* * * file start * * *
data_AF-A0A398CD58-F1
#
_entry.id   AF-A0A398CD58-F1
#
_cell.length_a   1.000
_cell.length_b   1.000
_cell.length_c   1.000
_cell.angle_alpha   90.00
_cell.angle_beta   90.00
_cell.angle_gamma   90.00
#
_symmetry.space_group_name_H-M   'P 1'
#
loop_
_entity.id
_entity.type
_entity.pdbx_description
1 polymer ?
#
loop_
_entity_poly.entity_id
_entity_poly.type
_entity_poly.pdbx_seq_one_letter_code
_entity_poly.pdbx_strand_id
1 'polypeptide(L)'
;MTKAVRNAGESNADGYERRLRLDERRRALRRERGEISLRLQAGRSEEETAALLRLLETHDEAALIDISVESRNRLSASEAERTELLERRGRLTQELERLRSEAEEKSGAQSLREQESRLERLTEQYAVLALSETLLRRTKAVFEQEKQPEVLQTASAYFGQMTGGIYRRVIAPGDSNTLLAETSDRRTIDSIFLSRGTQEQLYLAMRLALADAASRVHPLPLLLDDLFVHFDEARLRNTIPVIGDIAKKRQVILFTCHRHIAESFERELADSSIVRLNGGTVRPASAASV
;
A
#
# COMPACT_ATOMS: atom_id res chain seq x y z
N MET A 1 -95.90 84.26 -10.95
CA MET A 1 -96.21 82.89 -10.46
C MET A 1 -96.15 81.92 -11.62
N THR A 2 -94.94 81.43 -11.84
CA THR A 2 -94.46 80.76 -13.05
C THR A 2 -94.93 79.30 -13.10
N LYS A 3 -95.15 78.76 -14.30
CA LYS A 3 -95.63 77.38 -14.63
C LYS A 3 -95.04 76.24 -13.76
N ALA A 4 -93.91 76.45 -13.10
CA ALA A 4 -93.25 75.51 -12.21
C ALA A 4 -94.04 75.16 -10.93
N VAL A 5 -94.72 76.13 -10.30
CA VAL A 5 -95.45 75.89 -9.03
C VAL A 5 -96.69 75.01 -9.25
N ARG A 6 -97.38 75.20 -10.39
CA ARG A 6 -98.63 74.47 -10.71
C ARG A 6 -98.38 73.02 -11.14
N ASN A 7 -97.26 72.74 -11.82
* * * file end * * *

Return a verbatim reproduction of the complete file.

data_AF-A0A398CD58-F1
#
_entry.id   AF-A0A398CD58-F1
#
_cell.length_a   1.000
_cell.length_b   1.000
_cell.length_c   1.000
_cell.angle_alpha   90.00
_cell.angle_beta   90.00
_cell.angle_gamma   90.00
#
_symmetry.space_group_name_H-M   'P 1'
#
loop_
_entity.id
_entity.type
_entity.pdbx_description
1 polymer ?
#
loop_
_entity_poly.entity_id
_entity_poly.type
_entity_poly.pdbx_seq_one_letter_code
_entity_poly.pdbx_strand_id
1 'polypeptide(L)'
;MTKAVRNAGESNADGYERRLRLDERRRALRRERGEISLRLQAGRSEEETAALLRLLETHDEAALIDISVESRNRLSASEAERTELLERRGRLTQELERLRSEAEEKSGAQSLREQESRLERLTEQYAVLALSETLLRRTKAVFEQEKQPEVLQTASAYFGQMTGGIYRRVIAPGDSNTLLAETSDRRTIDSIFLSRGTQEQLYLAMRLALADAASRVHPLPLLLDDLFVHFDEARLRNTIPVIGDIAKKRQVILFTCHRHIAESFERELADSSIVRLNGGTVRPASAASV
;
A
#
# COMPACT_ATOMS: atom_id res chain seq x y z
N MET A 1 -95.90 84.26 -10.95
CA MET A 1 -96.21 82.89 -10.46
C MET A 1 -96.15 81.92 -11.62
N THR A 2 -94.94 81.43 -11.84
CA THR A 2 -94.46 80.76 -13.05
C THR A 2 -94.93 79.30 -13.10
N LYS A 3 -95.15 78.76 -14.30
CA LYS A 3 -95.63 77.38 -14.63
C LYS A 3 -95.04 76.24 -13.76
N ALA A 4 -93.91 76.45 -13.10
CA ALA A 4 -93.25 75.51 -12.21
C ALA A 4 -94.04 75.16 -10.93
N VAL A 5 -94.72 76.13 -10.30
CA VAL A 5 -95.45 75.89 -9.03
C VAL A 5 -96.69 75.01 -9.25
N ARG A 6 -97.38 75.20 -10.39
CA ARG A 6 -98.63 74.47 -10.71
C ARG A 6 -98.38 73.02 -11.14
N ASN A 7 -97.26 72.74 -11.82